New Year tree
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New Year trees are decorations similar to but distinct from Christmas trees that are common in various cultures and nations, chiefly the former Soviet Union, Turkey, and Vietnam. They should not be confused with the practice of not removing a Christmas tree until after New Years, as such trees are still considered to be Christmas trees, whereas New Year trees are displayed specifically to celebrate the New Year.
Russian and Turkish traditions
A New Year tree is the Russian and Turkish equivalent of Christmas trees. A spruce tree is most usual type of tree used and the variety of tree sorts and decorations used is the same as for Christmas trees. The economic advantages of Russian and Turkish North Americans following such a practice are notable due to prices of Christmas trees plummeting after Christmas, although most of them will not wait until after Christmas to buy their trees, therefore making this advantage nonexistent.
History of the Russian New Year tree
The tradition to install and decorate a Ёлка (pr: Yolka, tr: spruce tree) dates back to the 17th century when Peter the Great imported the tradition from his travels of Europe. However, in the Imperial Russia Yolka were banned since 1916 by Synod as a tradition originated in Germany (Russia's enemy during World War I). This ban was prolonged in the Russian SFSR and the Soviet Union until 1935 (New Year tree was banned as a "bourgeois and religious prejudice" until that year). The New Year celebration was not banned, though there was no official holiday for it until 1935. The New Year's tree revived in the USSR after the famous letter by Pavel Postyshev, published in Pravda on December 28, 1935, where he asked for trees to be installed in schools, children's homes, Young Pioneer Palaces, children's clubs, children's theaters and cinemas. In 1937, a Novy God (New Year) Tree was also installed in the Moscow Palace of Unions. An invitation to the Yolka at the Palace of Unions became a matter of honour for Soviet children.
Pavel Postyshev letter (translated):
“In the pre-revolutionary era the bourgeoisie and the capitalist officials always put up a tree for their children on New Year. Children of the working classes looked on with envy through the windows at the gleaming tree adorned with colored lights and the children of the rich playing around it. Why do our schools, orphanages, nurseries, children’s clubs, and Young Pioneer Palaces, deprive children of the working class of the Soviet State of this wonderful enjoyment? Because some “left-leaning” exaggerators decried this pastime as a bourgeois children's indulgence. It is time to put an end to this wrongful condemnation of the tree, which is a joyful diversion for the children. The Young Pioneer scout leaders are called upon to organize holiday celebrations for the children that feature New Year trees. In schools, orphanages, clubs, cinemas, and theaters – children’s New Year trees should be everywhere! There should not be a single village or community farm where the local board, along with members of the Komsomol, does not provide a New Year tree for their kids. City councils, chairmen of district executive committees, village councils, and education authorities must all work to bring the New Year tree to children of our great socialist motherland. Our children will be grateful to us for giving them back the New Year tree. I'm sure the Komsomolians will take a very active part in this enterprise and do away with the silly misconception that the New Year tree is a bourgeois excess. So, let's organize a New Year celebration for kids and arrange a good Soviet New Year tree in all our cities and rural villages!”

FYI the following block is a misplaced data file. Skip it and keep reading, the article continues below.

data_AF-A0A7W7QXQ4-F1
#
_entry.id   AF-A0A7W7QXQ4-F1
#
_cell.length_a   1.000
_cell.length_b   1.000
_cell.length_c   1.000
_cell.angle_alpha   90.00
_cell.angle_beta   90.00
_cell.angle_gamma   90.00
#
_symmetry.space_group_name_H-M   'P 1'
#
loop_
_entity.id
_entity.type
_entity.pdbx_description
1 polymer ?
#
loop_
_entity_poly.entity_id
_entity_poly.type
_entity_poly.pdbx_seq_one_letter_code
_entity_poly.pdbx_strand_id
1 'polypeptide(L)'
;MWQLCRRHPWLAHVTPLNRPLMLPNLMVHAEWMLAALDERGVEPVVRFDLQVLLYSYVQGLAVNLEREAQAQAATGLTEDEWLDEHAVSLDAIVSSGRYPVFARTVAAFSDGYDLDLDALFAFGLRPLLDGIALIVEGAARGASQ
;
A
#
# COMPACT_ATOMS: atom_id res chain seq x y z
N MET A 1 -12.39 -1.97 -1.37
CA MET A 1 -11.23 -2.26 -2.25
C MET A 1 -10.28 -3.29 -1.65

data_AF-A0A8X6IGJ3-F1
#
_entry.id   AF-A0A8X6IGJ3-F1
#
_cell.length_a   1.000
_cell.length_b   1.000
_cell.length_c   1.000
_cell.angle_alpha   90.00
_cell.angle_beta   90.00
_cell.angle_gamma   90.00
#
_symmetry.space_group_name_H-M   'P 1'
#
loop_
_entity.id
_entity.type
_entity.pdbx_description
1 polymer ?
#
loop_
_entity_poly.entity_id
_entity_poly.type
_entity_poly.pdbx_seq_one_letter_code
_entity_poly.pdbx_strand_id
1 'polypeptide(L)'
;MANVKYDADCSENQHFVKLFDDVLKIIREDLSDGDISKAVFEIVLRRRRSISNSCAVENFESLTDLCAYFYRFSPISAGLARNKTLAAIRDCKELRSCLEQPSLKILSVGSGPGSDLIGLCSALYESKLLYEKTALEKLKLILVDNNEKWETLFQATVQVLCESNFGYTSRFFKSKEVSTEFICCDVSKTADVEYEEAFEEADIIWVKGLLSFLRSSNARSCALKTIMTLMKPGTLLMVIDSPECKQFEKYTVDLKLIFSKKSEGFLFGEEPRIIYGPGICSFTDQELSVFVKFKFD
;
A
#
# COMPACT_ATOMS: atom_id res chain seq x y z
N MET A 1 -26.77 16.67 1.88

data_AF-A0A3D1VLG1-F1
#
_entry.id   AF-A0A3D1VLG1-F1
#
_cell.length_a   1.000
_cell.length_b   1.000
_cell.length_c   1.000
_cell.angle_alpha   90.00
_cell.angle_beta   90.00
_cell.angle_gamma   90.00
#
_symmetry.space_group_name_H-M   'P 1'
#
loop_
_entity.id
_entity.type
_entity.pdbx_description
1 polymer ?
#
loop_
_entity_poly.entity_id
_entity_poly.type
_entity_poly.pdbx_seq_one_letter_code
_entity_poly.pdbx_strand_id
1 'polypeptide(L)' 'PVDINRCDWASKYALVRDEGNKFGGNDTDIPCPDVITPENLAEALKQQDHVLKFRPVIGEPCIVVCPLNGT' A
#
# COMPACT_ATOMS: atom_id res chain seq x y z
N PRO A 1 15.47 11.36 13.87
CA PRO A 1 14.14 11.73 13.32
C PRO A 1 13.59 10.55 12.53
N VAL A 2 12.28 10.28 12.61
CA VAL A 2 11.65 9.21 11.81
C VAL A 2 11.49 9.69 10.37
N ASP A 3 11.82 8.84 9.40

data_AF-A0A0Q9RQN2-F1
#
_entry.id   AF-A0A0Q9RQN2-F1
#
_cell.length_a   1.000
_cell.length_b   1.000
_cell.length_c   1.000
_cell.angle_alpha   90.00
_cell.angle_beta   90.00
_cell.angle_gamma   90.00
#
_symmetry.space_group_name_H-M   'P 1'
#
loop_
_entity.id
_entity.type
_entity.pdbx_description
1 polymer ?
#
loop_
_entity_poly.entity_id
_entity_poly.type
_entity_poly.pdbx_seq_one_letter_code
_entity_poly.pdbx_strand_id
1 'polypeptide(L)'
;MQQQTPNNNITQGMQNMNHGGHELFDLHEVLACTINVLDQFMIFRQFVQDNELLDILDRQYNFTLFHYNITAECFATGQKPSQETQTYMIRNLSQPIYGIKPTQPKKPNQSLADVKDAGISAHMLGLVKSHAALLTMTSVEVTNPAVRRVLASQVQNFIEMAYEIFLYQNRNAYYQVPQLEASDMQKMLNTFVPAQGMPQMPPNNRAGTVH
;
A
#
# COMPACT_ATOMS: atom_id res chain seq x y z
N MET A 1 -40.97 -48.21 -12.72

History of the Turkish New Year tree
A Turkish new year tree, in Turkish Yılbaşı Ağacı, is the same as Christmas trees with Christmas knick-knacks on it. It is called a New Year tree because it is specific to the New Year, and with ~95% of the population Muslim; most of the Turks do not celebrate Christmas. The New Year tree can be considered an example of westernised Turkish culture or Turkified European culture.
After modernisation of Turkey, the Islamic calendar and fiscal calendar were replaced by the Gregorian calendar, and New Year celebrations started in late 1920s. The celebrations became popular in Turkey and Christmas trees were brought into Turkey as New Year trees. Since then, the habit of setting a New Year tree for the New Year is a traditional event in Turkey. It is usually set up between beginning of December and end of January, the mid date being New Year's Eve. Also, the habit of giving presents at Christmas has been changed to New Year presents.
Planting an old Year tree or cây nêu is also a Vietnamese custom which is part of the springtime Tết festival. Often a bamboo pole serves as the "tree".
- (Russian) Fir Markets
- (Russian) Legend of a man, who presented Soviet children with New Year's tree
- translation by Y. Ustinov
Media related to New Year trees at Wikimedia Commons